Most recent meeting minutes will appear at the top of the page.
BEP Meeting Minutes
April 2, 2008
Cranston High School West

Zach opened the meeting at 4:10 with introductions.

Barbara Ashby asked for an update on districts around the state with regards to lay-offs that are a violation of the BEP. The situations is different districts were discussed. She asked for a copy of the Woonsocket waiver request and suggested having a lawyer look at the wording of the BEP. She stressed that this fight must be on the basis of a reduction of minimum services, not a loss of positions.

Action items from previous meetings were reviewed. Political action suggestions:
  • write letters
  • encourage parents to write letters
  • have a cell phone party for a mass calling session
  • have elementary school students write letters as an activity
  • contact Jack Reed’s office to see if he will talk to Commissioner McWalters
  • organize a rally on National Library Legislation Day at the state house (Barbara will find out if a permit is needed)

A lobbying workshop given by James Parisi of the Institute for Labor Studies and Research is scheduled for Monday April 14th from 6-8 pm at the NEARI building at 99 Bald Hill Rd in Warwick. The cost is $20/person. RIEMA members can attend.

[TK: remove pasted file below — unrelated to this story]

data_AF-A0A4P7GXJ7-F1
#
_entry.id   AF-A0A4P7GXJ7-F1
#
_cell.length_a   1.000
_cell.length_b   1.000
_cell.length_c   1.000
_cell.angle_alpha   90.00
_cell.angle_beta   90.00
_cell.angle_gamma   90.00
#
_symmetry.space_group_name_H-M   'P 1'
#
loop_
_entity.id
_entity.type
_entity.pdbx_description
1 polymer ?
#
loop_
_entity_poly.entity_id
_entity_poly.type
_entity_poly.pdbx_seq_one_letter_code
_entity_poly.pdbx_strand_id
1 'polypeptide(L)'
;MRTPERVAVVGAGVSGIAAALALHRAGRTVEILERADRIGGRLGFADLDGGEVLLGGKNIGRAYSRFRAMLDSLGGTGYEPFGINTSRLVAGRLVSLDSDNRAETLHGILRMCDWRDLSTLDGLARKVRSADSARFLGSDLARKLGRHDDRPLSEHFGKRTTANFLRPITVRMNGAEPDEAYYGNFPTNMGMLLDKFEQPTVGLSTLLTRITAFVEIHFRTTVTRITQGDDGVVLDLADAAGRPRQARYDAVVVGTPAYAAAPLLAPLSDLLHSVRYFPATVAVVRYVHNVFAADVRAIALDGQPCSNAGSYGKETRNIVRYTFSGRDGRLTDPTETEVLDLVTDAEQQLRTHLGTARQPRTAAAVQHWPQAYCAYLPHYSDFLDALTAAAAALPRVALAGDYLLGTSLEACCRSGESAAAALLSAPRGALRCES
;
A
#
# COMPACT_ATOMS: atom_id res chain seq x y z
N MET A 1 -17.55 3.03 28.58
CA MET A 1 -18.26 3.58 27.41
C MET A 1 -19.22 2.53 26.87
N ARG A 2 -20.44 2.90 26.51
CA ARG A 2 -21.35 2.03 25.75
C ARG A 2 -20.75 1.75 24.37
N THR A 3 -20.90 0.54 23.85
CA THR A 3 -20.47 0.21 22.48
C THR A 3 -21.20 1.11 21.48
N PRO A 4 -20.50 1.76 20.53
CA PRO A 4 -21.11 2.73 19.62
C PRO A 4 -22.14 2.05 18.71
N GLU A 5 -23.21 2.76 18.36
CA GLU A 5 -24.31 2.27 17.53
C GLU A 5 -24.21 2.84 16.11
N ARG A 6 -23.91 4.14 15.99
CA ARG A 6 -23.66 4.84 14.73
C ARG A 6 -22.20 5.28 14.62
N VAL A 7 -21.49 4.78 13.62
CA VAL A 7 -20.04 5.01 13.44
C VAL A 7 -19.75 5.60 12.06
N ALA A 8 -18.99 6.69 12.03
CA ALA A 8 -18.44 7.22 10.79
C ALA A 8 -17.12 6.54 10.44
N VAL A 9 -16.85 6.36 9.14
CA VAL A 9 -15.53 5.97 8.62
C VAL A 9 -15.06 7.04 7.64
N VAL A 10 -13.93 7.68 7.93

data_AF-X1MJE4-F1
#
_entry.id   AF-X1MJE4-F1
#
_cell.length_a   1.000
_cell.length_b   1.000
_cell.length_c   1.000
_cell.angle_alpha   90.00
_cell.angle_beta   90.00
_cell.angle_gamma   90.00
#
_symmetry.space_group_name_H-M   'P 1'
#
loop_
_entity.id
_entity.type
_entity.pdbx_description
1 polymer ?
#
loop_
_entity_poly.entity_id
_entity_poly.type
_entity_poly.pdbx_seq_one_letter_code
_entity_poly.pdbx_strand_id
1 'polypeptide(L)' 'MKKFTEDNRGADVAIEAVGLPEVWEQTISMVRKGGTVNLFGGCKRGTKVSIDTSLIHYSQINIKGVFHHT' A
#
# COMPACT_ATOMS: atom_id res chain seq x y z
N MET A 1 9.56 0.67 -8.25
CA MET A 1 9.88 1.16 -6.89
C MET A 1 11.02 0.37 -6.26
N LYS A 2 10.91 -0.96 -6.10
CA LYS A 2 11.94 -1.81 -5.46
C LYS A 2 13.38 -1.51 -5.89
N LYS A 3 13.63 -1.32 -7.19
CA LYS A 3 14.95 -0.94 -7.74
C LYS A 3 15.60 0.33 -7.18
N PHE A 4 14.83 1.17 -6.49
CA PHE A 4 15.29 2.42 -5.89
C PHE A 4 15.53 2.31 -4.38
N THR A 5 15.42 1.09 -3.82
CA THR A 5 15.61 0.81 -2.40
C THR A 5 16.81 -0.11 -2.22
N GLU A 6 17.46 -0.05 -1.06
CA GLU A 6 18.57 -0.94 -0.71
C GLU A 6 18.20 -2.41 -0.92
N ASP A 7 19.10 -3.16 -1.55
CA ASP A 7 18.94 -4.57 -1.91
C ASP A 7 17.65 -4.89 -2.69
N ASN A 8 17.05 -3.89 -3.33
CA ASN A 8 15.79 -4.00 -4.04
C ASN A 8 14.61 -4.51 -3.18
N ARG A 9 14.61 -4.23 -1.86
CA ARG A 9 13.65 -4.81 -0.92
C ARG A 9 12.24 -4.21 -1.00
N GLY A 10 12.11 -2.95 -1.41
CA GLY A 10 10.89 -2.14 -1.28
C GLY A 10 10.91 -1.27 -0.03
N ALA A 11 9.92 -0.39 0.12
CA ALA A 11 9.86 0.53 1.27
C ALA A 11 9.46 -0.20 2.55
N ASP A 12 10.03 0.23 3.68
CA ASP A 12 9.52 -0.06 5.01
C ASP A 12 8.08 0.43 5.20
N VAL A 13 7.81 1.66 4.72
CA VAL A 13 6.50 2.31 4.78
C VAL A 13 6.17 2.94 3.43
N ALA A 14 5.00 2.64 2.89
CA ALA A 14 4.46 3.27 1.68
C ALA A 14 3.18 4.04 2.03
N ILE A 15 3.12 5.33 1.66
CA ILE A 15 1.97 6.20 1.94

Susan Bryan suggested having the conference keynote speaker talk about the Seattle moms’ fight to keep school libraries open.

There will be a BEP information table at the conference and a room has been reserved for volunteers to meet after the conference. Is anyone willing to be the main contact person for this group?

Barbara Ashby is spearheading the Board of Regents presentation. The next meeting is on April 10th on the 5th floor of the Shepard building at 4 pm.

Zach introduced a letter Donna Good received from Linda Wood concerning a conversation Linda had with Lt. Governor Roberts in which the Lt. Governor expressed her concern for the future of school libraries in RI. Barbara will contact Jennifer Wood to follow up.

Zach questioned whether we should focus on one item, such as the waiver issue, at this time or whether we want to have a broader agenda as we move forward.

The meeting adjourned at 6:15.
Submitted by,
Beth Grabbert

Meeting Minutes
Cranston High School West

Donna Good opened the meeting with introductions by all attendees.

She referred to the packet Barbara Ashby had distributed at Monday’s meeting and reviewed the documents.

Legislation affecting school libraries was discussed. Commissioner McWalters has said that when the BEP is rewritten, library media representatives will be notified and included in the process.

The waiver issues in Providence were discussed. Donna read the section of the commissioner’s decision letter stating why the waiver request was denied. The steps the Providence librarians took to fight the waiver request were discussed, particularly the collection of data to support their case.

Barbara Ashby, Peter Quesnel and Esther Wolk are going before the Board of Regents on Thursday, March 13th to address the current elimination of positions and waiver request in a number of districts.

Suggestions for action were discussed including;
  • the possibility of hiring a lobbyist